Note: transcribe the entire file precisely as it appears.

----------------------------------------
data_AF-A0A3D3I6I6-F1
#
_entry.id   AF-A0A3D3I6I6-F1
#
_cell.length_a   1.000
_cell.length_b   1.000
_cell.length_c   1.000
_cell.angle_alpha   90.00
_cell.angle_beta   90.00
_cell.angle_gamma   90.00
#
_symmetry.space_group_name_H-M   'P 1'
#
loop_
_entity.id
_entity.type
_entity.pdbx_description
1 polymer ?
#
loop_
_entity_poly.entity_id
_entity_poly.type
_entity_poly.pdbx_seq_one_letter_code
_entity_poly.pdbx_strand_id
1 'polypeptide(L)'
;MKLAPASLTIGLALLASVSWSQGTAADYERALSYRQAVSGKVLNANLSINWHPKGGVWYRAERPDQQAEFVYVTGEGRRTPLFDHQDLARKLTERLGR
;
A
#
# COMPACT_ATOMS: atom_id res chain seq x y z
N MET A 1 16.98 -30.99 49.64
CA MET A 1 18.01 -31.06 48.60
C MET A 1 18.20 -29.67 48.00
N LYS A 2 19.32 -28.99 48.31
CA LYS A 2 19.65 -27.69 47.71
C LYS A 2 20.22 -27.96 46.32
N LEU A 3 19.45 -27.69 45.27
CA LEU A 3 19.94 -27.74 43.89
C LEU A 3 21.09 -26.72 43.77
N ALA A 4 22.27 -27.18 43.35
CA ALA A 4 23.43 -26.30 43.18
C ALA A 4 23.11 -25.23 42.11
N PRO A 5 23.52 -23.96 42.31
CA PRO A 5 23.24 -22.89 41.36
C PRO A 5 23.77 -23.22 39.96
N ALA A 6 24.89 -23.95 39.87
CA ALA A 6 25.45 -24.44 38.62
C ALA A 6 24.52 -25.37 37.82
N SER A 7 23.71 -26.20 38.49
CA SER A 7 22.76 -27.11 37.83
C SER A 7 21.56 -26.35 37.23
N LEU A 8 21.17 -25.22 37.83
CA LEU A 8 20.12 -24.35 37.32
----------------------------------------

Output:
data_AF-A0A3D3I6I6-F1
#
_entry.id   AF-A0A3D3I6I6-F1
#
_cell.length_a   1.000
_cell.length_b   1.000
_cell.length_c   1.000
_cell.angle_alpha   90.00
_cell.angle_beta   90.00
_cell.angle_gamma   90.00
#
_symmetry.space_group_name_H-M   'P 1'
#
loop_
_entity.id
_entity.type
_entity.pdbx_description
1 polymer ?
#
loop_
_entity_poly.entity_id
_entity_poly.type
_entity_poly.pdbx_seq_one_letter_code
_entity_poly.pdbx_strand_id
1 'polypeptide(L)'
;MKLAPASLTIGLALLASVSWSQGTAADYERALSYRQAVSGKVLNANLSINWHPKGGVWYRAERPDQQAEFVYVTGEGRRTPLFDHQDLARKLTERLGR
;
A
#
# COMPACT_ATOMS: atom_id res chain seq x y z
N MET A 1 16.98 -30.99 49.64
CA MET A 1 18.01 -31.06 48.60
C MET A 1 18.20 -29.67 48.00
N LYS A 2 19.32 -28.99 48.31
CA LYS A 2 19.65 -27.69 47.71
C LYS A 2 20.22 -27.96 46.32
N LEU A 3 19.45 -27.69 45.27
CA LEU A 3 19.94 -27.74 43.89
C LEU A 3 21.09 -26.72 43.77
N ALA A 4 22.27 -27.18 43.35
CA ALA A 4 23.43 -26.30 43.18
C ALA A 4 23.11 -25.23 42.11
N PRO A 5 23.52 -23.96 42.31
CA PRO A 5 23.24 -22.89 41.36
C PRO A 5 23.77 -23.22 39.96
N ALA A 6 24.89 -23.95 39.87
CA ALA A 6 25.45 -24.44 38.62
C ALA A 6 24.52 -25.37 37.82
N SER A 7 23.71 -26.20 38.49
CA SER A 7 22.76 -27.11 37.83
C SER A 7 21.56 -26.35 37.23
N LEU A 8 21.17 -25.22 37.83
CA LEU A 8 20.12 -24.35 37.32